A college degree is losing value in the marketplace and at the same time becoming more expensive. This leaves young people in a difficult spot, as no one wants to rack up loads of debt for a degree that may not even lead to a job. However, there are still good options for young men and women considering what to do after high school.
Option One: Skip College Altogether.
The first option is to forego the whole process. Instead of attending college, young people can pursue a trade school (e.g. plumbing) or just find a job and work their way up. There are great resources available for job training, such as Praxis or Skillshare.
However, this route may disappoint parents, many of whom still expect their children to go to college (though this notion should be challenged). Further, though the value of a college degree is decreasing, there are still many jobs that require a degree (especially fields like engineering). Thus a person who took another route could regret foregoing college earlier in life.
In response to these concerns, it should be noted that an 18-year-old who makes $30,000 per year after high school and has no debt is probably in a better position than a 22-year-old who makes the same amount after college and has $50,000+ in loans (or worse, who cannot find a job at all). There are also many people who hate school and for whom college is not a good fit. So there are some serious advantages to the job/trade school route.
Option Two: Make College Cheaper.
The second option is to try to cut costs associated with college. It is expensive to attend a four-year private or public university, even with a scholarship. Tuition is rising well above inflation, in part because federal loans increase the demand for a college degree and in turn allow the universities to jack up the price.
So it is probably best to not attend a four-year university right away. The cheaper route it to gain college credit through alternative means. One alternative is to live at home and attend a community college for a year or two, and then transfer these credits into a four-year university. (Just check ahead of time to make sure the community college credits will transfer.) This saves money on tuition and on living expenses.
Another alternative is to acquire college credits without going to college. Some high schools have Advanced Placement tests for this purpose, where a student can receive college credit by scoring high enough on a test at the end of the class.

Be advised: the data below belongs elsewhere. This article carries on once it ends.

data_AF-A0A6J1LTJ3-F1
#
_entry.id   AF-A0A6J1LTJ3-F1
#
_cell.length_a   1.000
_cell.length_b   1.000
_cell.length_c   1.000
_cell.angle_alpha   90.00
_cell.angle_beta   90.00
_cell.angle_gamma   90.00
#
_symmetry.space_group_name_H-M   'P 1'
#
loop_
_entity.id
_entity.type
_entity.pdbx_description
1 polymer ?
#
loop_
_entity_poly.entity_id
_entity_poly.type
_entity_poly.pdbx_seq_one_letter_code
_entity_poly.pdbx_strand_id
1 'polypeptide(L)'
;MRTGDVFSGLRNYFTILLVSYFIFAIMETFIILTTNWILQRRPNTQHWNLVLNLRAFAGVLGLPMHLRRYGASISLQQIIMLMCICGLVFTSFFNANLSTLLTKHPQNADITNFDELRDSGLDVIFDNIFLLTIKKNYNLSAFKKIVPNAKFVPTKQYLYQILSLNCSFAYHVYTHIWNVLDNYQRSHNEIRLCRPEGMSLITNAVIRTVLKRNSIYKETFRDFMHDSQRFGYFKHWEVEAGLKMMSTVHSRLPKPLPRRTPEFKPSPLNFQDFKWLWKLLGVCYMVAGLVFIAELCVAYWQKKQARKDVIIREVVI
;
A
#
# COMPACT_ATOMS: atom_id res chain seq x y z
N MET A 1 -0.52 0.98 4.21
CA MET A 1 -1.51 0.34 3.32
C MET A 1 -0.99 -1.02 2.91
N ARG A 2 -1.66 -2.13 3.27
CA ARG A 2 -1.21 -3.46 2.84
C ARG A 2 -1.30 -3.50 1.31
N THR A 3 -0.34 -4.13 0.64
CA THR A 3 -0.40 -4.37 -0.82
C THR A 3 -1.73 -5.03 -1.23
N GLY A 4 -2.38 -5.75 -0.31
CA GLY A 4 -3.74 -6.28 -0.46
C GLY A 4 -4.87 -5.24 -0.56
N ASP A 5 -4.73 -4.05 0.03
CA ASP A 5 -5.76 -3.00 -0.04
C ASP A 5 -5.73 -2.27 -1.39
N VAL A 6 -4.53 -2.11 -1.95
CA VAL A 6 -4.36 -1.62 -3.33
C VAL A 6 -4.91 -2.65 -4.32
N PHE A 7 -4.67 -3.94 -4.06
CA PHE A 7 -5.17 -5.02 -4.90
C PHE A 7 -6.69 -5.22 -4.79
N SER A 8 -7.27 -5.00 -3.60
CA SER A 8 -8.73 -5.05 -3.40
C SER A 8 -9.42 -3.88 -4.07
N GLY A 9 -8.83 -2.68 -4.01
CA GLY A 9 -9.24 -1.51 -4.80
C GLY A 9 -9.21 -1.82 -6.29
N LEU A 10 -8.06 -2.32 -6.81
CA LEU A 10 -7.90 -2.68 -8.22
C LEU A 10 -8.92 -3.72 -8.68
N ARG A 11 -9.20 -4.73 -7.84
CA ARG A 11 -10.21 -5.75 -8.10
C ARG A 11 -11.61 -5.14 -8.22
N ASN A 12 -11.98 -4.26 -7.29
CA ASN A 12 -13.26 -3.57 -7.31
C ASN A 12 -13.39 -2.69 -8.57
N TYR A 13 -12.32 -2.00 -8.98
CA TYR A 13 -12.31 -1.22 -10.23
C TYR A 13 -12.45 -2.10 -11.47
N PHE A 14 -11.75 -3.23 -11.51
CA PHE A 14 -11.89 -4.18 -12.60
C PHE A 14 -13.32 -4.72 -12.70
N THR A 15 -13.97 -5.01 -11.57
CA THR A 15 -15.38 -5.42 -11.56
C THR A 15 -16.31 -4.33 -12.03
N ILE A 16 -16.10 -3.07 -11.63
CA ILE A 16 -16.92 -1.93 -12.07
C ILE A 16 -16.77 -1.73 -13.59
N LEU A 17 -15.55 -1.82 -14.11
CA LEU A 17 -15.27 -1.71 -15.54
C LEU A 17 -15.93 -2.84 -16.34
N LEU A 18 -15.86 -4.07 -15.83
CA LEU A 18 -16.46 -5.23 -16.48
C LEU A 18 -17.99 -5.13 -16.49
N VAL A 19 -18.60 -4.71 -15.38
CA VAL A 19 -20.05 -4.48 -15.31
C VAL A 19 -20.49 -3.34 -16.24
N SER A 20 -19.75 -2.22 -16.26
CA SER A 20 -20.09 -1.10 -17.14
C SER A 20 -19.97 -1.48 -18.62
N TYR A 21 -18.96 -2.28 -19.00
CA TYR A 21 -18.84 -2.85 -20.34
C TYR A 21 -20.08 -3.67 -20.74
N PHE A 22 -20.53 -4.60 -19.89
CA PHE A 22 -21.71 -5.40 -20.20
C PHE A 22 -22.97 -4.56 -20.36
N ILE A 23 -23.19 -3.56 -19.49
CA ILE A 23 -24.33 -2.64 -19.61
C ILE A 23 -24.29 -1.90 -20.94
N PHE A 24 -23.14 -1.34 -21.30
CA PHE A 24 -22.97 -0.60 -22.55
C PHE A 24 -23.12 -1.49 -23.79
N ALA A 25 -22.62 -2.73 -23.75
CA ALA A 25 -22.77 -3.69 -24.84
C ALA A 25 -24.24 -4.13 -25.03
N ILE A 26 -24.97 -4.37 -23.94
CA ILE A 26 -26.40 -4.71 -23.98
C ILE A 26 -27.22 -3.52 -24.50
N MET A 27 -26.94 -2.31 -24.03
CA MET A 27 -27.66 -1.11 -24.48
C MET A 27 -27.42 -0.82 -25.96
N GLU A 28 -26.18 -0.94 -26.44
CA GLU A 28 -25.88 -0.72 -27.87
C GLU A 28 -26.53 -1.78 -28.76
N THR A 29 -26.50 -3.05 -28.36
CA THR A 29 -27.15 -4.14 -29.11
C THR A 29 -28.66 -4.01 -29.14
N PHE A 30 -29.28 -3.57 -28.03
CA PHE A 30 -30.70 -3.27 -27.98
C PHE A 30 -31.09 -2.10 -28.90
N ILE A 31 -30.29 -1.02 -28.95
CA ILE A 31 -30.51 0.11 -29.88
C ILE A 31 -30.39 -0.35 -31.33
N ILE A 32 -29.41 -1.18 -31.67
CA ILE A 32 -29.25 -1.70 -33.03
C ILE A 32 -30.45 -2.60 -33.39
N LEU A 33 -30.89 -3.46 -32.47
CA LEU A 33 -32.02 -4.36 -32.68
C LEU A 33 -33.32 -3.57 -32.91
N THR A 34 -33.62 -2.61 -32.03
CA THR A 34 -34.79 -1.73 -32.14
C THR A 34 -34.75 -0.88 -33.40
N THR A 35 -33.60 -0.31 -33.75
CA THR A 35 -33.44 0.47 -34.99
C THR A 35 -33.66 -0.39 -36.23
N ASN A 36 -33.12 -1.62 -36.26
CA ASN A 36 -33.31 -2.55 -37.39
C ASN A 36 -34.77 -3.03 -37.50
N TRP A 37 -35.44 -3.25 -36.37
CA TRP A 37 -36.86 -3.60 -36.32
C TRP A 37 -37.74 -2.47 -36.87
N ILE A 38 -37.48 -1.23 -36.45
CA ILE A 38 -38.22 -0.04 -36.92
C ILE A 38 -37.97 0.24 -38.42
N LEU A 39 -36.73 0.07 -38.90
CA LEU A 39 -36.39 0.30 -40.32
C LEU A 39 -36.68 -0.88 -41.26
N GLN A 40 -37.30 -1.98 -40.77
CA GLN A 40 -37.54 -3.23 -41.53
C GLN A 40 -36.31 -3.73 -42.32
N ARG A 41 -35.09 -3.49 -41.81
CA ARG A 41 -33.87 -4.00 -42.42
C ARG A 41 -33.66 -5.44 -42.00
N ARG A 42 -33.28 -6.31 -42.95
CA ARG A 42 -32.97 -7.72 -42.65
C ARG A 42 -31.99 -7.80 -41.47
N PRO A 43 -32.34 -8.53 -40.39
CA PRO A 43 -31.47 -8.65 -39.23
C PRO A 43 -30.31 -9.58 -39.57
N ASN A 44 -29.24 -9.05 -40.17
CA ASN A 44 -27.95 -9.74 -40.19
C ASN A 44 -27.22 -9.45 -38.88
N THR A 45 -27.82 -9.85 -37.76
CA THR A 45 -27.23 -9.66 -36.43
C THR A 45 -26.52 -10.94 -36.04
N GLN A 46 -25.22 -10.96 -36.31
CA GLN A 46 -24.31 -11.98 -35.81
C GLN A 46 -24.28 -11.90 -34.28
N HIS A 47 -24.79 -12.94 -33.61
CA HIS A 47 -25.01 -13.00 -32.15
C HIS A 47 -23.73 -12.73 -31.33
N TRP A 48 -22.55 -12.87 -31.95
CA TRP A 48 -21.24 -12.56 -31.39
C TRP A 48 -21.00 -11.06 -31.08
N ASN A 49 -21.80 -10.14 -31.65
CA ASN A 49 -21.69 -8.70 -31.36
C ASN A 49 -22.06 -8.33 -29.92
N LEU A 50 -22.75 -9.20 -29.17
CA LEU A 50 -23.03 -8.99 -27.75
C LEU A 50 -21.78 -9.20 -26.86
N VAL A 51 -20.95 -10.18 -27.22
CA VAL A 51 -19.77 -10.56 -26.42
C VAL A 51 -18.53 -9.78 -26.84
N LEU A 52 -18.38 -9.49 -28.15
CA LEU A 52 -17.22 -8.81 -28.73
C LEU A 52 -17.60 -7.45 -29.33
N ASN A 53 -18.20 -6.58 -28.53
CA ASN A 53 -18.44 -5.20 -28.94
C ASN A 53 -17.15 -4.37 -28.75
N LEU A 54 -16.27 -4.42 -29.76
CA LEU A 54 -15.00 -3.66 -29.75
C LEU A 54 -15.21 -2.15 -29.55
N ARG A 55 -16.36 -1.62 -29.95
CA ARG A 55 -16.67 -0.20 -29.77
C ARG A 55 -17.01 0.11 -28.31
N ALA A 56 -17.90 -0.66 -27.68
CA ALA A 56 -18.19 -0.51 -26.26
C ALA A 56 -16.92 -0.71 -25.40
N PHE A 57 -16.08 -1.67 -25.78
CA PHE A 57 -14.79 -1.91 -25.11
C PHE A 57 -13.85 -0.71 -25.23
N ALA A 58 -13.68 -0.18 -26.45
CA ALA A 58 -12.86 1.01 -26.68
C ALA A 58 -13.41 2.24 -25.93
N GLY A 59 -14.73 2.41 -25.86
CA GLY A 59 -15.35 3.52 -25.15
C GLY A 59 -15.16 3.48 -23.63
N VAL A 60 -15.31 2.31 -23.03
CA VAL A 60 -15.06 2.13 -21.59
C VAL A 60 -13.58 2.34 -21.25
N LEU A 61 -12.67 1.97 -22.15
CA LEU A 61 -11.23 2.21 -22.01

Similarly, students can take CLEP exams for college credit. (CLEP stands for College Level Examination Program.) If a student passes a CLEP exam, he or she will receive college credit for that subject. And over 2,900 universities accept CLEP credit.
There are 36 different subjects for CLEP exams. These include business, literature, foreign languages, history, economics, science, math, and more (see the prep books below). The tests take about 90 minutes each, and they are offered at a variety of locations.
CLEP exams offer a dual-benefit—they provide motivation for a high level of study (especially for homeschoolers), and they provide students with college credit for cheap. The tests are only around $85 per test. Compare that with a college class that is usually thousands of dollars in tuition!
CLEP exams are a great alternative for homeschool students who want to receive college credit while still in high school (or adults wanting to go back to school). Students can study subjects in depth and then take a CLEP exam for credit. But be aware that CLEP exams take work. They require self-study and are therefore ideal for motivated students. However, with the right tools, students can prepare sufficiently for these tests. There are many online resources to help students prepare for CLEP exams.
There are also book resources to help with CLEP exams, including this official study guide. There are also test prep books for the following subjects:
- natural sciences
- human growth and development
- U.S. History I
- U.S. History II
- American Government
- Western Civilization I
- Western Civilization II
- American literature
- analyzing and interpreting literature
- business law
Many young people are making disastrous financial decisions in regards to education. But for those willing to put in the work, CLEP exams provide a huge opportunity to minimize your debt and better situate yourself for the future.